Conservative anti-environmentalism is an intriguing historical topic with great relevance for the development of law. I wrote about it last year, and also noted a book review of Brian Allen Drake's Loving Nature, Fearing the State: Environmentalism and Antigovernment Politics before Reagan. Now Linda Bui has a review in Enterprise and Society of Judith Layzer's Open for Business: Conservatives’ Opposition to Environmental Regulation (MIT Press, 2012). Bui writes (among other things):
Layzer argues that contemporary conservative ideas have had an important and mitigating effect on environmental policy—one that is easily underestimated. In part, this can be explained by the conservative movement’s effectiveness at shaping both how and what policy questions come to the table, and not just how they affect policies once they are in place. The author concludes that the consequences of both the direct and indirect (“low profile”) attacks against environmental regulation by conservatives have led to significant delays in the adoption of regulatory measures, the rollback of existing regulations, and a discrediting of the environmental narrative.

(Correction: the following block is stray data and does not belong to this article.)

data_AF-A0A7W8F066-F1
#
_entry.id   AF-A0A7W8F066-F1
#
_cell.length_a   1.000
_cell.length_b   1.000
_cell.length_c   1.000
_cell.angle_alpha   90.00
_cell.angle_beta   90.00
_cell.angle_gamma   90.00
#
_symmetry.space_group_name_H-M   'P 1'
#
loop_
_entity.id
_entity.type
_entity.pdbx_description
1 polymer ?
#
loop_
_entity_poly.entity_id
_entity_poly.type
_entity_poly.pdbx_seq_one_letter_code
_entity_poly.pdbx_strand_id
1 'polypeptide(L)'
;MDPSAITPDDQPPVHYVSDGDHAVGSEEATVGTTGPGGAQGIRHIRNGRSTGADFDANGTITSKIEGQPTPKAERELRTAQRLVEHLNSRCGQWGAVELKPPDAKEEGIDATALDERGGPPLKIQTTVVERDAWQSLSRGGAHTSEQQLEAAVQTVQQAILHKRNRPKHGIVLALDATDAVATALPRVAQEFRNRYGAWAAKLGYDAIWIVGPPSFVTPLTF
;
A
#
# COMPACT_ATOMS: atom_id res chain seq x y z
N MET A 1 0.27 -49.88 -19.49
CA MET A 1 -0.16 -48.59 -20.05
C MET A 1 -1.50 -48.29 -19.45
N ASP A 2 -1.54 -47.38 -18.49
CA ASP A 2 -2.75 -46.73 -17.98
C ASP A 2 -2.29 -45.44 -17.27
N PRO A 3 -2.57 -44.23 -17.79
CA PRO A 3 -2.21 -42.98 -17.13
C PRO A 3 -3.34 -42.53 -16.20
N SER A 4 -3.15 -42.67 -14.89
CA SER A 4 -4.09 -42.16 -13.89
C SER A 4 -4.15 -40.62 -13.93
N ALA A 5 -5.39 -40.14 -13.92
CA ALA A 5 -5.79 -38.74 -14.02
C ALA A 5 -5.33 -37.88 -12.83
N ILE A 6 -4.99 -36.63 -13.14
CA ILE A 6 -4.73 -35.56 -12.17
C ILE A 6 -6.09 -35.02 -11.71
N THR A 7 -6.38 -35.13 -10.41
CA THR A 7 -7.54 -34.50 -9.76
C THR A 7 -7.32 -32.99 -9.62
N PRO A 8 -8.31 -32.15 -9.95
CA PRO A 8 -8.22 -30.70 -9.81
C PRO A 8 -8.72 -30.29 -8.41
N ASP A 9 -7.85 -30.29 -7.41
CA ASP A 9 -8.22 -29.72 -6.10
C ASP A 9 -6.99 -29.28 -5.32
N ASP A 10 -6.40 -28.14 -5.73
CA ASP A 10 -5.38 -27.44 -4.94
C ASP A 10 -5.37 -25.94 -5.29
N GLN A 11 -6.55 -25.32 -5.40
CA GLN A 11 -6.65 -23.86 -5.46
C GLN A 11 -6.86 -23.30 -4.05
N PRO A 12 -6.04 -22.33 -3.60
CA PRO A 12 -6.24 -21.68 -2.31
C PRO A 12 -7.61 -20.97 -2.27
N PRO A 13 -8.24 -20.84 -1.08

The evolution of the tools used by conservatives to try to attack the environmental movement is strongly correlated to changes in the understanding of the economics of regulation and the theory of externalities.... What Layzer... point[s] out... is how cleverly the conservative movement was at playing the academic card. When the economics matched the conservatives’ own needs, they adopted them as their own, and when they did not, they pushed the story line of the minority intellectual elite trying to bully the silent majority. For example, the conservative argument that free markets can solve the problems of the environment if governments are not allowed to intervene simply does not hold water when externalities are present. However, that is not the story that the conservative movement spins. The conservatives’ story begins and ends with the efficiency of the free market. On the other hand, demanding cost–benefit analysis when adopting a new environmental rule is a brilliant strategy when one can attack all the uncertainty associated with both the cost and benefit estimates, guaranteeing a slowdown in rule adoption.